Reading Reformation: The Libraries of Matthew Parker and Edmund Spenser

Jennifer Summit

in Memory's Library

Published by University of Chicago Press

Published in print August 2008 | ISBN: 9780226781716
Published online February 2013 | e-ISBN: 9780226781723 | DOI:
Reading Reformation: The Libraries of Matthew Parker and Edmund Spenser

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  • Literary Studies (1500 to 1800)


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This chapter argues that Henrician and Elizabethan library makers, in the process of recovering medieval books for new uses, reshaped the past through its written records, establishing new protocols of reading that stressed the value of history and national “posteryte” over the allegorical and contemplative literacies promoted in monastic libraries. This reading program continues to be reflected in the contents of post-Reformation libraries such as the Royal Library (now a core collection of the British Library) and the library of Matthew Parker, which was donated to Corpus Christi College and University Library, Cambridge, after the archbishop's death in 1579. Both libraries preserve large numbers of books that had formerly belonged to the dissolved monasteries; but these books were carefully selected and even, in some instances, selectively remade to support a reformist view of the English past. The work of collectors such as Parker had wide-scale cultural ramifications, which are evident in post-Reformation literary works such as Edmund Spenser's Faerie Queene. In the second book of Spenser's epic, which allegorizes the human brain as a vast library filled with history books, Spenser extends the aims of the post-Reformation book collectors by making the library into an imaginary center of Protestant nationhood, as well as a model for the nationalist poetics and reading practices that underpin The Faerie Queene more broadly.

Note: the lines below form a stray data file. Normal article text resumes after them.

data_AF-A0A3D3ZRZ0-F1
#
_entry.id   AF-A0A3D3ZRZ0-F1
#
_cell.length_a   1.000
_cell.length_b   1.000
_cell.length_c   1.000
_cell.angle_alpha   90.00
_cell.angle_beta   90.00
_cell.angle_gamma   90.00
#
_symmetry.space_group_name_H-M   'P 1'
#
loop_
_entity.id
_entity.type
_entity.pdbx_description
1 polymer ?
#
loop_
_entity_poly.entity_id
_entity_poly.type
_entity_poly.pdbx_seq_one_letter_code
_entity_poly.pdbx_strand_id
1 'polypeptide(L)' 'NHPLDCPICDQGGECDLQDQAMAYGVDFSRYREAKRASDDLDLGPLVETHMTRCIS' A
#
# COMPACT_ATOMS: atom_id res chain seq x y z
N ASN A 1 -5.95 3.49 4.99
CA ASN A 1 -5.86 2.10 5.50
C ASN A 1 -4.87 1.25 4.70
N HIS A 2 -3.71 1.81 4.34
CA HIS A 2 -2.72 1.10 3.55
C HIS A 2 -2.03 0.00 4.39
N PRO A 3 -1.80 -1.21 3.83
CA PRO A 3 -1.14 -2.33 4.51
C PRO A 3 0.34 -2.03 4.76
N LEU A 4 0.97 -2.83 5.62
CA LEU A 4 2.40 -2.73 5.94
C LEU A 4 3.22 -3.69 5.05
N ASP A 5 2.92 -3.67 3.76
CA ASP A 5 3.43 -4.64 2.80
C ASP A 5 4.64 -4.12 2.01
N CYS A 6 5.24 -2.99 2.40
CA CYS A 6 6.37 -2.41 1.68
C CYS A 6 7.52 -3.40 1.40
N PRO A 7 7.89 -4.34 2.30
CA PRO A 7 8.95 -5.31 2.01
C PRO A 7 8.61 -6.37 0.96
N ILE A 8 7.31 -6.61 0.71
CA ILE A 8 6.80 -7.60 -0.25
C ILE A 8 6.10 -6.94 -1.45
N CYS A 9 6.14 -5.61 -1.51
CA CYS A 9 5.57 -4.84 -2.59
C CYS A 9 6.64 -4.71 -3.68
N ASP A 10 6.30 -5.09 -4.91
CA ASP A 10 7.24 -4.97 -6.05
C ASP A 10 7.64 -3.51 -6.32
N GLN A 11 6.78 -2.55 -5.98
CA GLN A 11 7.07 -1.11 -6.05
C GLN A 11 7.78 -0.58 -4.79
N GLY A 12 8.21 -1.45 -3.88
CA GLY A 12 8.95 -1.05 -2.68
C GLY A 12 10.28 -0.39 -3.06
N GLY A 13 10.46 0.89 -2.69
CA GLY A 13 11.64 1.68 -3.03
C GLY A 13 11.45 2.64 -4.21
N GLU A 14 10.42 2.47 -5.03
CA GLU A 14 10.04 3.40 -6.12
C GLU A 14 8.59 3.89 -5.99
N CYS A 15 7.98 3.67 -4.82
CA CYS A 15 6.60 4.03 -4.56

Keywords: library makers; medieval books; reading; Royal Library; Matthew Parker; Edmund Spenser; The Faerie Queen; Corpus Christi College; Cambridge University

Chapter.  14667 words.  Illustrated.

Subjects: Literary Studies (1500 to 1800)

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